Jasmine

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The jasmine, often known mainly in its white, yellow varieties, is one of the most popular flowers as a name. Many people see it on various confectionaries such as napkins, soap, body lotion and even makeup removers. However, not many of these same people know what exactly the jasmine flower looks like. In reality, it is a plant with a structure similar to a combination between a shrub and vines. The number of species in the genus is well past 150 and almost 200. Together with the yellow and white varieties, most known is also the Japanese one as it is one of the most highly regarded flowers in the Hanakotoba (Japanese language of flowers’ system). The plant can be taught to grow short and wide or vice-versa. It has a really flexible body and is useful as a cover for facades, garden walls, for turning a boring gray landscape into a lovely green one. It full, round leaves are coloured in bright green and always manage to insert Nature where they are grown, even if it’s a corporate building!

Jasmine usage

Jasmine tea is one of the most popular uses of the plant. It comes from the far age of the Chinese Song Dynasty (960–1279) where it was drunk solely in the courts. Now, this tea is statistically the most popular in China and one of the most popular all over the world. This scented tea has soothing abilities and as a consequence can be utilized, depending on the concentration, as an astringent, an analgesic (painkiller), a relaxant and even as a sedative. There is also the very rare and expensive Jasmine essential oil that is produced with difficulty due to the large number of florets needed for the oil. Main producers are India, China and Egypt. Some people who are growing the plant in their gardens or yard know that it can be soothing even as just a smell. Thus, dried it can be used as a simple potpourri together with various other oils and plants.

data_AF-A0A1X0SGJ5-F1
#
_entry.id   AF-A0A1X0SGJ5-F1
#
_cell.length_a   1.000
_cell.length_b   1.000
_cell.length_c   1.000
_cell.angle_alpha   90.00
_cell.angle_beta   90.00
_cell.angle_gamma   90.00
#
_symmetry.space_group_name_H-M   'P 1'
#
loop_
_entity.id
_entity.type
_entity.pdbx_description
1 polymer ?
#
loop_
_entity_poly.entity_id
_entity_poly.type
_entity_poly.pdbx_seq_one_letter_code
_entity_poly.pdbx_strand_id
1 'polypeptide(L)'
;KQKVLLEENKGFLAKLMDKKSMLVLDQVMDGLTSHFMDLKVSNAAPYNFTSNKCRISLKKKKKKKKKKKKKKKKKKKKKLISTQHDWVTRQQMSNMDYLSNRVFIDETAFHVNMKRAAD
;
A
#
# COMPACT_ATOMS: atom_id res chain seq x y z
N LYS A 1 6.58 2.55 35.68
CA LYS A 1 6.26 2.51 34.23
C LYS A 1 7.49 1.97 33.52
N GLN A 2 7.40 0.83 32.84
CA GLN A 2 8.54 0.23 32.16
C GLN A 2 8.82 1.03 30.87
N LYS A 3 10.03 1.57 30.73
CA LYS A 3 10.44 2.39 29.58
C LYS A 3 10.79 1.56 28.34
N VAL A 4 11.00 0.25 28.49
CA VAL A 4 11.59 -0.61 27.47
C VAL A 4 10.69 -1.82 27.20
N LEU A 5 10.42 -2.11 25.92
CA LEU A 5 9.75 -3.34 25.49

Since the plant is very old and has grown and has transformed alongside humanity, it is a part of many cultures and legends. One such legend, which is probably the most famous, tried to explain to us why the flower only blooms during the nighttime and has a better aroma during that same half of the day. It is because once upon a time, there was a beautiful princess that fell in love with the Hindu sun god Surya-Deva.

Her fate, however, his feelings for her were rather cold. Desperate of the rejection, she lost her life in an emotional crash. As her ashes were scattered to the ground, they became jasmine flowers. Since her love for a sun god was the reason for her broken heart, the flowers never bloom when the sun is up in the skies.

Exactly because of its relation to cultures and time before time, this plant is often used as a symbol in many countries and societies. In the already mentioned Hanakotoba, mostly due to its tiny little and very gentle florets, the jasmine means ‘Gracefulness’ and ‘Friendliness’. The Jasmine is also used as a national symbol of quite a number of countries. These are the Philippines, Pakistan, Indonesia and Hawaii. Different species are preferred in many regions. A perfect wedding present, this gentle flower is often entwined around the bridal bouquets or garments at Indian ceremonies.

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